What is Economic Abuse?

According to Gov UK, economic abuse involves behaviours that interfere with an individual’s ability to acquire, use and maintain economic resources such as money, transportation and utilities. It can be controlling or coercive. It can make the individual economically dependent on the abuser, thereby limiting their ability to escape and access safety.

What has changed?

In July, new guidance was released in the Domestic Abuse Act. The new statutory guidance now states that domestic abuse takes many forms, and it is not just physical violence. For the first time, economic abuse and controlling or coercive behaviour are now recognised as forms of domestic abuse. This new definition is hoped to help victims seek support and to help professionals recognise and support those experiencing domestic abuse.

There has also been an amendment made to the coercive and controlling behaviours offence. Previously, the perpetrator and victim needed to be personally connected or living together. Now, the legislation has removed the co-habitation requirement as it has been recognised that abuse can continue post-separation. Economic abuse is a form of control and can continue to take place after the victim has left.

How do the changes impact those experiencing economic abuse?

The changes to the Domestic Abuse Act have a huge impact on those experiencing economic abuse. First and foremost, economic abuse is now recognised within the law. This means that police and support agencies are more aware of this form of abuse and acknowledge it can happen after a separation.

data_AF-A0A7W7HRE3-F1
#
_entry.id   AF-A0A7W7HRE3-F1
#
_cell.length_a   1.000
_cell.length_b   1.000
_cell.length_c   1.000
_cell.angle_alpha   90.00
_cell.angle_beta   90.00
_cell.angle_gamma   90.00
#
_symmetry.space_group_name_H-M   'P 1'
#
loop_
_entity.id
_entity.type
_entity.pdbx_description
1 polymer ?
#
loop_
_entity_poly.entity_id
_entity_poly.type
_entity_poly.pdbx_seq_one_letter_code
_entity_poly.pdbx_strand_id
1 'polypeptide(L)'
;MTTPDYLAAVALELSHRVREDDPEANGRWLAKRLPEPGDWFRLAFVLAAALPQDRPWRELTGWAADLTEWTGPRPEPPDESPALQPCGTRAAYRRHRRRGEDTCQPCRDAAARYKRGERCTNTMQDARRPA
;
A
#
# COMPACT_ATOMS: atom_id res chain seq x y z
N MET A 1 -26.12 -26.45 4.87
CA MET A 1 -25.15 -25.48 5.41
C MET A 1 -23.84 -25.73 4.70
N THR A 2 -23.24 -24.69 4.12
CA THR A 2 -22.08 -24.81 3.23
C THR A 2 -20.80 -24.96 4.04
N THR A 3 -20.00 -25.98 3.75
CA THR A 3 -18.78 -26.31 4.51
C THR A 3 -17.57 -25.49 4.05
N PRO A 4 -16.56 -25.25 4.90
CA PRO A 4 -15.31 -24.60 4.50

Foundation Redcar

Foundation Redcar offers support to those who have experienced domestic abuse. As part of its work with SafeLives, in 2021, Foundation Redcar partnered with Natwest’s Circle Fund.

This fund was set up for the frontline specialist services supporting victims of domestic abuse. It was hoped that the fund would help with crisis intervention, increase safety, and help support recovery. The launch of the fund came as a result in the rise of calls to helplines about domestic abuse during lockdowns. Now that economic abuse has been recognised in the Domestic Abuse Act, support from banks and charities is even more paramount.

Nicola Denham the Service Manager for Foundation Redcar spoke about their partnership with NatWest Circle Fund:

“There are three strands to the fund, safety management, crisis intervention and recovery and resilience. The personalised funds received from NatWest have supported victims with getting CCTV, emergency clothing and food, school uniforms for children and transport to court hearings.

In some situations, it has empowered victims to get white goods and begin to make a house a home again, something that most likely will have impacted them if they were victims of economic abuse.

Having the support from the Circle Fund helps victims to overcome some of the barriers they may be facing and to help them begin to move on, making their lives a little easier and more manageable.”

Foundation Redcar delivers two key services:

Foundation Community Domestic Abuse Support Service
This service supports men and women over the age of sixteen who are or have experienced domestic abuse. They offer early intervention and prevention support. With a focus on longer term recovery, this service aims to raise awareness, educate, and empower those who have experienced domestic abuse through emotional and practical support.

Kaleidoscope Project
This is an emotionally supportive environment for children and young people aged five to eighteen years who have experienced domestic abuse. They offer one-one support that is children led.

For more information about Foundation Redcar, visit – the Foundation Redcar webpage.


Visit our domestic abuse website: Foundation Domestic Abuse

Alternatively, the 24-hour National Domestic Violence Freephone Helpline is 0808 2000 247.







The Foundation Redcar team raising awareness in the local area: